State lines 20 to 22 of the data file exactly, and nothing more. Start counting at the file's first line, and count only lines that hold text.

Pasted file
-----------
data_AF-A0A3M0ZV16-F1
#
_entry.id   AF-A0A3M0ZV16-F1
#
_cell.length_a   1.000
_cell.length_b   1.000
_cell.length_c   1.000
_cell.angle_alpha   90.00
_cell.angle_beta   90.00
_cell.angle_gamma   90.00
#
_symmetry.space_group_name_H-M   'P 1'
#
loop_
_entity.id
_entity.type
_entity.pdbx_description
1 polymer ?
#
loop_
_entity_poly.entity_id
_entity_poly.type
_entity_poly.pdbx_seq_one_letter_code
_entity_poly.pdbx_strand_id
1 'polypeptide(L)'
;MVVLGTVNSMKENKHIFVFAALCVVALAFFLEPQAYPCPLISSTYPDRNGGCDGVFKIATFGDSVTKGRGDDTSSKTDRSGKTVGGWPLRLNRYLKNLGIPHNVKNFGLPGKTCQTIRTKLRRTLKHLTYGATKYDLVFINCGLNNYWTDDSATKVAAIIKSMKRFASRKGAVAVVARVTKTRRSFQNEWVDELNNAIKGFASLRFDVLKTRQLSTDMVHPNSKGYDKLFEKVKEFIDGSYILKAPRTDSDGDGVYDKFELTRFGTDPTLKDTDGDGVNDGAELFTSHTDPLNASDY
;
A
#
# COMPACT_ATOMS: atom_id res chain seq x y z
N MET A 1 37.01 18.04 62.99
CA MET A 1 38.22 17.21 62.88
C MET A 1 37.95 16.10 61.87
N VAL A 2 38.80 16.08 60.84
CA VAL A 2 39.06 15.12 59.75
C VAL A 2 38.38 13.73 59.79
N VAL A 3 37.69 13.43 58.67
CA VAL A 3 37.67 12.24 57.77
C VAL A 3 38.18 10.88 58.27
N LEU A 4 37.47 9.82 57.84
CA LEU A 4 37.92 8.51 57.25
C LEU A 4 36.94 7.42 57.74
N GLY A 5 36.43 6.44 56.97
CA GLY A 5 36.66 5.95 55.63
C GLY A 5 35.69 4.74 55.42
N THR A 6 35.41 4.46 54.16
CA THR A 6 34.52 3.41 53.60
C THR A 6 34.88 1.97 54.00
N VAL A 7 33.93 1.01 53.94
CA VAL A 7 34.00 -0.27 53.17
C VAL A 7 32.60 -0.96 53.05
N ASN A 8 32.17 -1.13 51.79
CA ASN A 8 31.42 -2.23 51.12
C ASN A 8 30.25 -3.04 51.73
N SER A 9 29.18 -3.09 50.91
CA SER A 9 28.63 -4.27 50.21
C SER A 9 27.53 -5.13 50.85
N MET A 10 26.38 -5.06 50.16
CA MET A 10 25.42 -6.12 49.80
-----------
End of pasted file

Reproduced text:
loop_
_entity_poly.entity_id
_entity_poly.type